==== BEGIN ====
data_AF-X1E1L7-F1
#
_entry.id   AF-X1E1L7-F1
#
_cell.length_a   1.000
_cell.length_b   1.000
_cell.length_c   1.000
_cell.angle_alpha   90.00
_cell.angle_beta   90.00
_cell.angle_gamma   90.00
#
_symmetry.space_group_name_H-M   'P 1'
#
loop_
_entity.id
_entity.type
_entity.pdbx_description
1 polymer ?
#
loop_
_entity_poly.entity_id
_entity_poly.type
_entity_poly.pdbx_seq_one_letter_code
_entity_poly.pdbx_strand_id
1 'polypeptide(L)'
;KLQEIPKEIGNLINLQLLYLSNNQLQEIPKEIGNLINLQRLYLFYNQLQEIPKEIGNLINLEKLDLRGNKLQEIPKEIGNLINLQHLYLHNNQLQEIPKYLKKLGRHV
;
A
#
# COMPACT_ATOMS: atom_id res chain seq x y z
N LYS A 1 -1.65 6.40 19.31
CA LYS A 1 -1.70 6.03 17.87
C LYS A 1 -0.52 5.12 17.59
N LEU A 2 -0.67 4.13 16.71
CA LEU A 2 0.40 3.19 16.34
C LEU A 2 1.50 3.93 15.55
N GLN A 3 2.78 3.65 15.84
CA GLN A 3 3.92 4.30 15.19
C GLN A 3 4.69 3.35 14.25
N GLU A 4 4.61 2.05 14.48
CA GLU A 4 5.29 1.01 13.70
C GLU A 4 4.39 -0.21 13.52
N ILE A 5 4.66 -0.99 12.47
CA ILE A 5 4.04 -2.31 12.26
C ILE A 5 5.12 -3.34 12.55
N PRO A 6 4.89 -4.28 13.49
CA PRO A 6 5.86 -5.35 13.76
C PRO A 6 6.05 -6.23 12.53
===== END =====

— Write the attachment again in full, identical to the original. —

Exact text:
data_AF-X1E1L7-F1
#
_entry.id   AF-X1E1L7-F1
#
_cell.length_a   1.000
_cell.length_b   1.000
_cell.length_c   1.000
_cell.angle_alpha   90.00
_cell.angle_beta   90.00
_cell.angle_gamma   90.00
#
_symmetry.space_group_name_H-M   'P 1'
#
loop_
_entity.id
_entity.type
_entity.pdbx_description
1 polymer ?
#
loop_
_entity_poly.entity_id
_entity_poly.type
_entity_poly.pdbx_seq_one_letter_code
_entity_poly.pdbx_strand_id
1 'polypeptide(L)'
;KLQEIPKEIGNLINLQLLYLSNNQLQEIPKEIGNLINLQRLYLFYNQLQEIPKEIGNLINLEKLDLRGNKLQEIPKEIGNLINLQHLYLHNNQLQEIPKYLKKLGRHV
;
A
#
# COMPACT_ATOMS: atom_id res chain seq x y z
N LYS A 1 -1.65 6.40 19.31
CA LYS A 1 -1.70 6.03 17.87
C LYS A 1 -0.52 5.12 17.59
N LEU A 2 -0.67 4.13 16.71
CA LEU A 2 0.40 3.19 16.34
C LEU A 2 1.50 3.93 15.55
N GLN A 3 2.78 3.65 15.84
CA GLN A 3 3.92 4.30 15.19
C GLN A 3 4.69 3.35 14.25
N GLU A 4 4.61 2.05 14.48
CA GLU A 4 5.29 1.01 13.70
C GLU A 4 4.39 -0.21 13.52
N ILE A 5 4.66 -0.99 12.47
CA ILE A 5 4.04 -2.31 12.26
C ILE A 5 5.12 -3.34 12.55
N PRO A 6 4.89 -4.28 13.49
CA PRO A 6 5.86 -5.35 13.76
C PRO A 6 6.05 -6.23 12.53